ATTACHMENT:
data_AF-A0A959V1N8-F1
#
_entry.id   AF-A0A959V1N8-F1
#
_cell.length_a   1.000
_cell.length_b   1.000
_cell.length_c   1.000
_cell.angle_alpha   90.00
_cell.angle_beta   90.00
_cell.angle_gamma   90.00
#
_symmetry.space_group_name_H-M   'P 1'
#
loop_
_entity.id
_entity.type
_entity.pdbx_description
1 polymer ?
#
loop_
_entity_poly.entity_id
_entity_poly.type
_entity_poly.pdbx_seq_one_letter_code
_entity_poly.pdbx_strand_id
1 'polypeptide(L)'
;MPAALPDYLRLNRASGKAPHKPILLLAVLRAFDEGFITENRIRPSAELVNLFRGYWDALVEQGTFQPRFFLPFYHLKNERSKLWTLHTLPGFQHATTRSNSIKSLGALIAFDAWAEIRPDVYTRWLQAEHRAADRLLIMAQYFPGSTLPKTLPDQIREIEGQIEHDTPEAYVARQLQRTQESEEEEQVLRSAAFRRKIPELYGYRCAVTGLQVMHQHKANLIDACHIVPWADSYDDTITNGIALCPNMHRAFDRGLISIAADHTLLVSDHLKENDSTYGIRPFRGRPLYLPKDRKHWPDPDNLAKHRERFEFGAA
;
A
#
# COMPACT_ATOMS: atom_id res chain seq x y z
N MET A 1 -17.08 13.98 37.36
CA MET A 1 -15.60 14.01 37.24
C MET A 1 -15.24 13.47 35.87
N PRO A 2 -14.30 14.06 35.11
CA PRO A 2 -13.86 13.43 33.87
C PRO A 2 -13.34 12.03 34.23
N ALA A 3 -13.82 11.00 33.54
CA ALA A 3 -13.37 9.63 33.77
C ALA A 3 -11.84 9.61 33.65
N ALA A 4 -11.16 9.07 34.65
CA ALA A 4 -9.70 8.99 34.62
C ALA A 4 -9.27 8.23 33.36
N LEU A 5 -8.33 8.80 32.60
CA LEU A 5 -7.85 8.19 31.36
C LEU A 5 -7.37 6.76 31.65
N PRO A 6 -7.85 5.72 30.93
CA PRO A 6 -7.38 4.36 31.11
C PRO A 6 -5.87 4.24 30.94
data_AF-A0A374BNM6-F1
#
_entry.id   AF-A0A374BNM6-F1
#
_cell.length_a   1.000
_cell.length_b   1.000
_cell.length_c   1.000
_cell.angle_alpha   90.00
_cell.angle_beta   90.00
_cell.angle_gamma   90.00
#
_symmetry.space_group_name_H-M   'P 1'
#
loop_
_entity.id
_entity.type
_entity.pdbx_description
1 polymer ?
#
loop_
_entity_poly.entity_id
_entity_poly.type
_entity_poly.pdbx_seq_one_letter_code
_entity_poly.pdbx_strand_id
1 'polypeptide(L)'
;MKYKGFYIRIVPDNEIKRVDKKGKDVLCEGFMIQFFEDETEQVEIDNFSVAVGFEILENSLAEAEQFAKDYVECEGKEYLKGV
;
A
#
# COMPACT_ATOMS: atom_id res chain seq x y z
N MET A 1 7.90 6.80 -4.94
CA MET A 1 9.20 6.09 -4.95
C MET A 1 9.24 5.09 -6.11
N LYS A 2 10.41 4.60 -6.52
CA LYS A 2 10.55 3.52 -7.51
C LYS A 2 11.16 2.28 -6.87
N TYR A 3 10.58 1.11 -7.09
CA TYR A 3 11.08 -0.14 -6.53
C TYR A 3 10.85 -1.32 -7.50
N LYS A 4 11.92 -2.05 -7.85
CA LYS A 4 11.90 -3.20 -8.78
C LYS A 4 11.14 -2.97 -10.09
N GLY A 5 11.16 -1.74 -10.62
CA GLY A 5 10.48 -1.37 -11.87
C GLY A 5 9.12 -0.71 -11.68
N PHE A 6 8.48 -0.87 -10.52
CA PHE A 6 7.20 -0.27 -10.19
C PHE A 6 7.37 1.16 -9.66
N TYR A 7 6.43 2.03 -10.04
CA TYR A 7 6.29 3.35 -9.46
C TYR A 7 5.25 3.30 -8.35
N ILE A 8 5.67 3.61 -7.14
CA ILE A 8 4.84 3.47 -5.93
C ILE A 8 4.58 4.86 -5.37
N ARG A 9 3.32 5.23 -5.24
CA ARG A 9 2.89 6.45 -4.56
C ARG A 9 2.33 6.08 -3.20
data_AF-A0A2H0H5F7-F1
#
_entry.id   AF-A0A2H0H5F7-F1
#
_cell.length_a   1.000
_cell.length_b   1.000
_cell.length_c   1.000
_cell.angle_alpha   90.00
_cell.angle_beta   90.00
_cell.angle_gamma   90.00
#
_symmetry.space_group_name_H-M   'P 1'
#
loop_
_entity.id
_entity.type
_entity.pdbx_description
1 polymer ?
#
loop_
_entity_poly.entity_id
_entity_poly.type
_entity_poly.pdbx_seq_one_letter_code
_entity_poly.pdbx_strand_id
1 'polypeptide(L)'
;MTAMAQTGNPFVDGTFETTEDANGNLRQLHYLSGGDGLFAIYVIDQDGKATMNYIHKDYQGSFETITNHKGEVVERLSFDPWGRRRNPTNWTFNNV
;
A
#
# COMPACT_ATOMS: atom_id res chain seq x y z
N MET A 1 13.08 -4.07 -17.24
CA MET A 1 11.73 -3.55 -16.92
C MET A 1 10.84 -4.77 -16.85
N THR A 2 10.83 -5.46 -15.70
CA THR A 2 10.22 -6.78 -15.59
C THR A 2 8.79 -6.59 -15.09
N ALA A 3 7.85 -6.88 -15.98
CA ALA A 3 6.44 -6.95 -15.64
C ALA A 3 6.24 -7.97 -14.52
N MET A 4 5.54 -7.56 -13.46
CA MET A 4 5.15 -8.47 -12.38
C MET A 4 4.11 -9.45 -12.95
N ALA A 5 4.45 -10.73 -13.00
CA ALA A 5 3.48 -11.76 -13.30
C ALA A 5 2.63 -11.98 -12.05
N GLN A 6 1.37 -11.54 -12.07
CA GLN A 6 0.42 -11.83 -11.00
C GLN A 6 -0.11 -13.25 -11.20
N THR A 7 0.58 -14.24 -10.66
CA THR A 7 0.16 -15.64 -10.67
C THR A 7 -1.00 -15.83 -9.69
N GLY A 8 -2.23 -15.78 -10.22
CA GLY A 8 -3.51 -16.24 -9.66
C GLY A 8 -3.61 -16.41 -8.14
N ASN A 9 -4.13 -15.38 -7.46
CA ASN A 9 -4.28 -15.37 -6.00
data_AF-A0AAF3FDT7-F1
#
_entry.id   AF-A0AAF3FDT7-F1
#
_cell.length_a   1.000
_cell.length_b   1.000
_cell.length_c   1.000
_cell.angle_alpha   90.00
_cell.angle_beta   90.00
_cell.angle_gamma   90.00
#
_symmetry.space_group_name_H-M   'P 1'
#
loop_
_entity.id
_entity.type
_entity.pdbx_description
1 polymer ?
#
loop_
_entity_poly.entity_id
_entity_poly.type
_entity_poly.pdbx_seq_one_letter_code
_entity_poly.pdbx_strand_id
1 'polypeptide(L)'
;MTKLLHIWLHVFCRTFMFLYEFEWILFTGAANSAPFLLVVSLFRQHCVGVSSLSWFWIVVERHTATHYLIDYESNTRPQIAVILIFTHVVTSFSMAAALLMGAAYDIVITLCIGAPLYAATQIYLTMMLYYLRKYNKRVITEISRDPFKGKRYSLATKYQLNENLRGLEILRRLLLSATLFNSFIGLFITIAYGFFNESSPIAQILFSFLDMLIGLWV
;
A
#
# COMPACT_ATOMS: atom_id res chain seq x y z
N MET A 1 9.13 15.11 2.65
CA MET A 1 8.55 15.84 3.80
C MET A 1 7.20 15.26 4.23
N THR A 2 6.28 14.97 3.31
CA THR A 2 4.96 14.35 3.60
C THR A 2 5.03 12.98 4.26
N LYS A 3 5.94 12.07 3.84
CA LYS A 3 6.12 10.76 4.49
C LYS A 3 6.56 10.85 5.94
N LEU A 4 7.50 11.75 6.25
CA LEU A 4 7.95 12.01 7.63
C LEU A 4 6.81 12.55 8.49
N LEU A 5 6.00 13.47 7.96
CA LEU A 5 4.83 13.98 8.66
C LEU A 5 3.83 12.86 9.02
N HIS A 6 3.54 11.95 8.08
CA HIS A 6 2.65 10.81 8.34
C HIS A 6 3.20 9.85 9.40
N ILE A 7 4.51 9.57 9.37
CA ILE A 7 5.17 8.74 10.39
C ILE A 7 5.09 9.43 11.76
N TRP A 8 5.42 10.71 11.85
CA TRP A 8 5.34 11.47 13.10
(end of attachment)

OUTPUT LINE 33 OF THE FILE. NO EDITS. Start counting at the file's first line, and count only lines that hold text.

C MET A 1 -15.24 13.47 35.87